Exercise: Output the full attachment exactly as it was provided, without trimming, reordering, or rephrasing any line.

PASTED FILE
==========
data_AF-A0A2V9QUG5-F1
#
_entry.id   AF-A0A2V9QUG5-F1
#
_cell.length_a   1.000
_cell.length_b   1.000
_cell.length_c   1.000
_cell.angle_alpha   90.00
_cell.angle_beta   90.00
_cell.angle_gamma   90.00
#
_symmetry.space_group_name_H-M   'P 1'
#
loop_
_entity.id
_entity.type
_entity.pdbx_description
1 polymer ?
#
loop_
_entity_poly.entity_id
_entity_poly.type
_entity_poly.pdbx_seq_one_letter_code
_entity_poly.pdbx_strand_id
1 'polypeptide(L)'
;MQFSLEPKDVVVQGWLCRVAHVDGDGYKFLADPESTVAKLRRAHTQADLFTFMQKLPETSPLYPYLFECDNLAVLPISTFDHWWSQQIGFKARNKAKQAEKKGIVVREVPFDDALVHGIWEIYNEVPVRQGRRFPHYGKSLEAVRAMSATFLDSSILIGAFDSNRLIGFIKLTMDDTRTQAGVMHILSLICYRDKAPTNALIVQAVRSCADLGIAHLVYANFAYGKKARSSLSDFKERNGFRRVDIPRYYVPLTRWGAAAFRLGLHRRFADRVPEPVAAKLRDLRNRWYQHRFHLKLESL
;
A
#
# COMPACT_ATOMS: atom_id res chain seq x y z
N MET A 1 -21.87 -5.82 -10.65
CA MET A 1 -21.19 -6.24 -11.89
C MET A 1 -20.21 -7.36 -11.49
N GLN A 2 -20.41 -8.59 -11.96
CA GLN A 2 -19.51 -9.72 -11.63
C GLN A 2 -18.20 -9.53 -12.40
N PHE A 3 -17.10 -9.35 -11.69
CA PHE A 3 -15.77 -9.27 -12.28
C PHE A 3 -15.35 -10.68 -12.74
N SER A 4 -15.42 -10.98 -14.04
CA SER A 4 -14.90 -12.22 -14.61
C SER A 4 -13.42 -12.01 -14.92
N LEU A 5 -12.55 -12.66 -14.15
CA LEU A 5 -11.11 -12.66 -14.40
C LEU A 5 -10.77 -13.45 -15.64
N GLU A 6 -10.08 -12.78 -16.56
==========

data_AF-A0A2V9QUG5-F1
#
_entry.id   AF-A0A2V9QUG5-F1
#
_cell.length_a   1.000
_cell.length_b   1.000
_cell.length_c   1.000
_cell.angle_alpha   90.00
_cell.angle_beta   90.00
_cell.angle_gamma   90.00
#
_symmetry.space_group_name_H-M   'P 1'
#
loop_
_entity.id
_entity.type
_entity.pdbx_description
1 polymer ?
#
loop_
_entity_poly.entity_id
_entity_poly.type
_entity_poly.pdbx_seq_one_letter_code
_entity_poly.pdbx_strand_id
1 'polypeptide(L)'
;MQFSLEPKDVVVQGWLCRVAHVDGDGYKFLADPESTVAKLRRAHTQADLFTFMQKLPETSPLYPYLFECDNLAVLPISTFDHWWSQQIGFKARNKAKQAEKKGIVVREVPFDDALVHGIWEIYNEVPVRQGRRFPHYGKSLEAVRAMSATFLDSSILIGAFDSNRLIGFIKLTMDDTRTQAGVMHILSLICYRDKAPTNALIVQAVRSCADLGIAHLVYANFAYGKKARSSLSDFKERNGFRRVDIPRYYVPLTRWGAAAFRLGLHRRFADRVPEPVAAKLRDLRNRWYQHRFHLKLESL
;
A
#
# COMPACT_ATOMS: atom_id res chain seq x y z
N MET A 1 -21.87 -5.82 -10.65
CA MET A 1 -21.19 -6.24 -11.89
C MET A 1 -20.21 -7.36 -11.49
N GLN A 2 -20.41 -8.59 -11.96
CA GLN A 2 -19.51 -9.72 -11.63
C GLN A 2 -18.20 -9.53 -12.40
N PHE A 3 -17.10 -9.35 -11.69
CA PHE A 3 -15.77 -9.27 -12.28
C PHE A 3 -15.35 -10.68 -12.74
N SER A 4 -15.42 -10.98 -14.04
CA SER A 4 -14.90 -12.22 -14.61
C SER A 4 -13.42 -12.01 -14.92
N LEU A 5 -12.55 -12.66 -14.15
CA LEU A 5 -11.11 -12.66 -14.40
C LEU A 5 -10.77 -13.45 -15.64
N GLU A 6 -10.08 -12.78 -16.56